Saturday, February 24, 2024

Once upon a Valentine in Gaza: Love in the time of genocide

This post was originally intended for Valentine’s Day, as a reminder to a world celebrating love that love also exists in Gaza. 

The idea began as a plan to share a glimpse of Gaza before the war, during Valentine’s Day, when gift shops celebrate the occasion despite the city’s conservative nature and the presence of “Khamas”.

The "Love" heart cushion survives after all in a destroyed house in Gaza by Duaa Tuaima
The "Love" heart cushion survives after all in a destroyed house in Gaza
by Duaa Tuaima 

I then decided to share the pleas of those lovers who lost their significant others in the war.

Last week, photos and videos have emerged of a young couple who married while living in a displacement, offering a glimmer of hope and changing the course of this post yet again.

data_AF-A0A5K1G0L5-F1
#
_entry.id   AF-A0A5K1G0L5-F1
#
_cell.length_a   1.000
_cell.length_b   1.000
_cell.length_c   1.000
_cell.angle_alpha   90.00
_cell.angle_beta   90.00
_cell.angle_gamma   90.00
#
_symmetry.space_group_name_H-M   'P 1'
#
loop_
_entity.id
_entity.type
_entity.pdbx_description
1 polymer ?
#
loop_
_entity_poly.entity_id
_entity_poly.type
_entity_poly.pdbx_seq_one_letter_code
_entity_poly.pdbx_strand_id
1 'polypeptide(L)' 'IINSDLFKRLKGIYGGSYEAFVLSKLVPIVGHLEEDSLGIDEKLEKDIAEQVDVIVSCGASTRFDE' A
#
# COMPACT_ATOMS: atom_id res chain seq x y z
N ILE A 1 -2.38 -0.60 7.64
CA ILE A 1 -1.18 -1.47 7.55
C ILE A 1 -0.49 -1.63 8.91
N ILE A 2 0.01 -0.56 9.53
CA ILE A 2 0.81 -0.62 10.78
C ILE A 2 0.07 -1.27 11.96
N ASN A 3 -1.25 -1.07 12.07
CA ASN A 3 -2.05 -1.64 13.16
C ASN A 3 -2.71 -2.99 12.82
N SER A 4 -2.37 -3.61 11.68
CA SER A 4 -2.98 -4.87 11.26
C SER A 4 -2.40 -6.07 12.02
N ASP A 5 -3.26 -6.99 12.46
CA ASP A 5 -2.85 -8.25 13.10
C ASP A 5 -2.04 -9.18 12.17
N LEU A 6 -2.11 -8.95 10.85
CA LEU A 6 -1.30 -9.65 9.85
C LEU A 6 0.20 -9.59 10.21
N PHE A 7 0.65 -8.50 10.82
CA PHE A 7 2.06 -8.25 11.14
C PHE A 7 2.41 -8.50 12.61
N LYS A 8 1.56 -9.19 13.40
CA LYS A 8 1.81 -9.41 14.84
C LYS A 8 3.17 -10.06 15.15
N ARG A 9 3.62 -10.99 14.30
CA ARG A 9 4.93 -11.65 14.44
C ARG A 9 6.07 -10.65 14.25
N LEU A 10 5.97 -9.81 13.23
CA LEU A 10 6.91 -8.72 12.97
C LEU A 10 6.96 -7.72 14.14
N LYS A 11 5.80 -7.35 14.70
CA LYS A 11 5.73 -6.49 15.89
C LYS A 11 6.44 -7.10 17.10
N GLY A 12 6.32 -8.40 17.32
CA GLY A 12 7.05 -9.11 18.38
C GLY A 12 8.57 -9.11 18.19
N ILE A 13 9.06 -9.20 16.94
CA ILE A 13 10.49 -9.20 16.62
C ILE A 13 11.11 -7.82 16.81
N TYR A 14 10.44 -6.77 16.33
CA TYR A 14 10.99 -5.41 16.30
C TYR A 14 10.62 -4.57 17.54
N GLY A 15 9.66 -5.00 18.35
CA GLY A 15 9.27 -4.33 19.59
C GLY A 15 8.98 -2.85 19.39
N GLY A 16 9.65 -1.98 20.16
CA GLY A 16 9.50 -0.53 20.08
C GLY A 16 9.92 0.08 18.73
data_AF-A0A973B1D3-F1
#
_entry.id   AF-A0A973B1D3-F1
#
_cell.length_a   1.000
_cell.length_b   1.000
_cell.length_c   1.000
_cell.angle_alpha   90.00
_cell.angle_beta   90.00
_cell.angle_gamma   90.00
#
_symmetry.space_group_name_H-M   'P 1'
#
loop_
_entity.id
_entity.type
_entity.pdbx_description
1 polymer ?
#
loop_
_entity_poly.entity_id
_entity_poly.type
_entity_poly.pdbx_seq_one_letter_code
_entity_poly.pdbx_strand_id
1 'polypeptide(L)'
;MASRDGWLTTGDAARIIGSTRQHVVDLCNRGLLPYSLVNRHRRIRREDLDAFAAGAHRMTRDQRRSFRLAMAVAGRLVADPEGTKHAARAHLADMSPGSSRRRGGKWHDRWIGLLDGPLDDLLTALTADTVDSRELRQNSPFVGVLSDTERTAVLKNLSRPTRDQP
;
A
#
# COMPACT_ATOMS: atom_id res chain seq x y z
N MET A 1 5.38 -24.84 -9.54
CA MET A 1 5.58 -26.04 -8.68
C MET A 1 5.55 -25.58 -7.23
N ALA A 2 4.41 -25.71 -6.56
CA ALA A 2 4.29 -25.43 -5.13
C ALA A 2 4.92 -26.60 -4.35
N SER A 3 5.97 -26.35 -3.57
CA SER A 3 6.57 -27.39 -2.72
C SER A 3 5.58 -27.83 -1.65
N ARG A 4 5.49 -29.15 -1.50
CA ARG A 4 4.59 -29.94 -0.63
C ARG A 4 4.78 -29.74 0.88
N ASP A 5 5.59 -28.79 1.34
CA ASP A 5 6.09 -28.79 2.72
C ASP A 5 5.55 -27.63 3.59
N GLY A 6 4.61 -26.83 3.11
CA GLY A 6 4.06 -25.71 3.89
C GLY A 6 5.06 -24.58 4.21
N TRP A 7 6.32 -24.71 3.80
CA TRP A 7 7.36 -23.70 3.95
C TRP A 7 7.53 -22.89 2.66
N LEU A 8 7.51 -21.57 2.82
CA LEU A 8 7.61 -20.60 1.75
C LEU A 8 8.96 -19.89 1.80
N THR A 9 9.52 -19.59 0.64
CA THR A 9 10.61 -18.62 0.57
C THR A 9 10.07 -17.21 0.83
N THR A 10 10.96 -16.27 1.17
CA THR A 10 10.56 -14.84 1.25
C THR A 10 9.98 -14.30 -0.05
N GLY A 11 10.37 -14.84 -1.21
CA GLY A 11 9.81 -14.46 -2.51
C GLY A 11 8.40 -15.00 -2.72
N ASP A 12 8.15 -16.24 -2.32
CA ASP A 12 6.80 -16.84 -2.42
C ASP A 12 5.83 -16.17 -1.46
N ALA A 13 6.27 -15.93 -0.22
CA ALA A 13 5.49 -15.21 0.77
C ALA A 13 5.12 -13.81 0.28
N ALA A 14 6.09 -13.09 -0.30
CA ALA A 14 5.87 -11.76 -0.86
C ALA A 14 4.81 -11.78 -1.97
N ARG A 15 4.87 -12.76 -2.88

Palestinian newlywed Shaima Qazeet and Mahmoud Akhiziq inside a Rafah displacement camp by photographer Majdi Fathi
Palestinian newlywed Shaima Qazeet and Mahmoud Akhiziq
inside a Deir Al-Balah displacement camp by photographer Majdi Fathi 

Their names are Mahmoud and Shaima.They were engaged and had already conducted a marriage contract ceremony before October.

Thursday, February 22, 2024

Watch : Egypt speaks about the 75 years of collective punishment and forced displacement of Palestinians in front of the ICJ on Israeli violations in Palestine

Watch the official advisory opinion of Egypt at the International Court of Justice “ICJ” on Israeli violations in Palestine on Wednesday at the Hague

Egypt’s statement in the hearing is read by Dr Jasmine Moussa, the legal advisor in the office of Egypt’s Foreign Minister.